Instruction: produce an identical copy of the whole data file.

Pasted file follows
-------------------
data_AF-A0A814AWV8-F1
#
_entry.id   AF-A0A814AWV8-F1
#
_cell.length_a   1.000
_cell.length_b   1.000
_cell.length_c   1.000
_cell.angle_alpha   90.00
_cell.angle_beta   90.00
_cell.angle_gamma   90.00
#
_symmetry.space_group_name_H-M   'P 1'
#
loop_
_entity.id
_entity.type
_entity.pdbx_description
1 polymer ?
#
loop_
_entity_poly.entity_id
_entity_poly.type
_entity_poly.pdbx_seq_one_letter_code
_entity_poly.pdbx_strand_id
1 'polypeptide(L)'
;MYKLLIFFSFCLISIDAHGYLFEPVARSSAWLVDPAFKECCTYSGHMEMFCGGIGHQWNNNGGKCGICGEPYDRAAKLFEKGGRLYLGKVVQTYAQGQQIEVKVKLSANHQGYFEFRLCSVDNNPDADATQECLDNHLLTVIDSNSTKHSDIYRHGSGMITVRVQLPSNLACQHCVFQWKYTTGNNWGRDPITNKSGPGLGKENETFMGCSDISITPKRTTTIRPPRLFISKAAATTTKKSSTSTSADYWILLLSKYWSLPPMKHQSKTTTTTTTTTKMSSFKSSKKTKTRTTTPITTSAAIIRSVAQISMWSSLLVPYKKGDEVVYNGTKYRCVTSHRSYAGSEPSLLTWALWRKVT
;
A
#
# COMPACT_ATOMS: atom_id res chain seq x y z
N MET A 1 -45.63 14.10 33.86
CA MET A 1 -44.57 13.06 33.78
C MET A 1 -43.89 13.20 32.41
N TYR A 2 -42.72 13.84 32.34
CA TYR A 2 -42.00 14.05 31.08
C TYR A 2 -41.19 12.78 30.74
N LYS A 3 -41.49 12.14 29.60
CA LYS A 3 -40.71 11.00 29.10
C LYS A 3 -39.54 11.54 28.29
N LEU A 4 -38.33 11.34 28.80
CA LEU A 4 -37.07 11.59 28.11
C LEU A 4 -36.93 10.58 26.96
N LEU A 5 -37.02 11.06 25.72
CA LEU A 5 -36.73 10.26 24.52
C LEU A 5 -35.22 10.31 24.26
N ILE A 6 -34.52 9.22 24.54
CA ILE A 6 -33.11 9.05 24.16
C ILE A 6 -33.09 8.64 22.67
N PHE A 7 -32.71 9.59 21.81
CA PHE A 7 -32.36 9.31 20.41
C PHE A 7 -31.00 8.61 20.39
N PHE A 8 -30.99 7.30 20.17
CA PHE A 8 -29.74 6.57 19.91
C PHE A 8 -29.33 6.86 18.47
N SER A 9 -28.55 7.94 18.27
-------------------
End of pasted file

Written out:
data_AF-A0A814AWV8-F1
#
_entry.id   AF-A0A814AWV8-F1
#
_cell.length_a   1.000
_cell.length_b   1.000
_cell.length_c   1.000
_cell.angle_alpha   90.00
_cell.angle_beta   90.00
_cell.angle_gamma   90.00
#
_symmetry.space_group_name_H-M   'P 1'
#
loop_
_entity.id
_entity.type
_entity.pdbx_description
1 polymer ?
#
loop_
_entity_poly.entity_id
_entity_poly.type
_entity_poly.pdbx_seq_one_letter_code
_entity_poly.pdbx_strand_id
1 'polypeptide(L)'
;MYKLLIFFSFCLISIDAHGYLFEPVARSSAWLVDPAFKECCTYSGHMEMFCGGIGHQWNNNGGKCGICGEPYDRAAKLFEKGGRLYLGKVVQTYAQGQQIEVKVKLSANHQGYFEFRLCSVDNNPDADATQECLDNHLLTVIDSNSTKHSDIYRHGSGMITVRVQLPSNLACQHCVFQWKYTTGNNWGRDPITNKSGPGLGKENETFMGCSDISITPKRTTTIRPPRLFISKAAATTTKKSSTSTSADYWILLLSKYWSLPPMKHQSKTTTTTTTTTKMSSFKSSKKTKTRTTTPITTSAAIIRSVAQISMWSSLLVPYKKGDEVVYNGTKYRCVTSHRSYAGSEPSLLTWALWRKVT
;
A
#
# COMPACT_ATOMS: atom_id res chain seq x y z
N MET A 1 -45.63 14.10 33.86
CA MET A 1 -44.57 13.06 33.78
C MET A 1 -43.89 13.20 32.41
N TYR A 2 -42.72 13.84 32.34
CA TYR A 2 -42.00 14.05 31.08
C TYR A 2 -41.19 12.78 30.74
N LYS A 3 -41.49 12.14 29.60
CA LYS A 3 -40.71 11.00 29.10
C LYS A 3 -39.54 11.54 28.29
N LEU A 4 -38.33 11.34 28.80
CA LEU A 4 -37.07 11.59 28.11
C LEU A 4 -36.93 10.58 26.96
N LEU A 5 -37.02 11.06 25.72
CA LEU A 5 -36.73 10.26 24.52
C LEU A 5 -35.22 10.31 24.26
N ILE A 6 -34.52 9.22 24.54
CA ILE A 6 -33.11 9.05 24.16
C ILE A 6 -33.09 8.64 22.67
N PHE A 7 -32.71 9.59 21.81
CA PHE A 7 -32.36 9.31 20.41
C PHE A 7 -31.00 8.61 20.39
N PHE A 8 -30.99 7.30 20.17
CA PHE A 8 -29.74 6.57 19.91
C PHE A 8 -29.33 6.86 18.47
N SER A 9 -28.55 7.94 18.27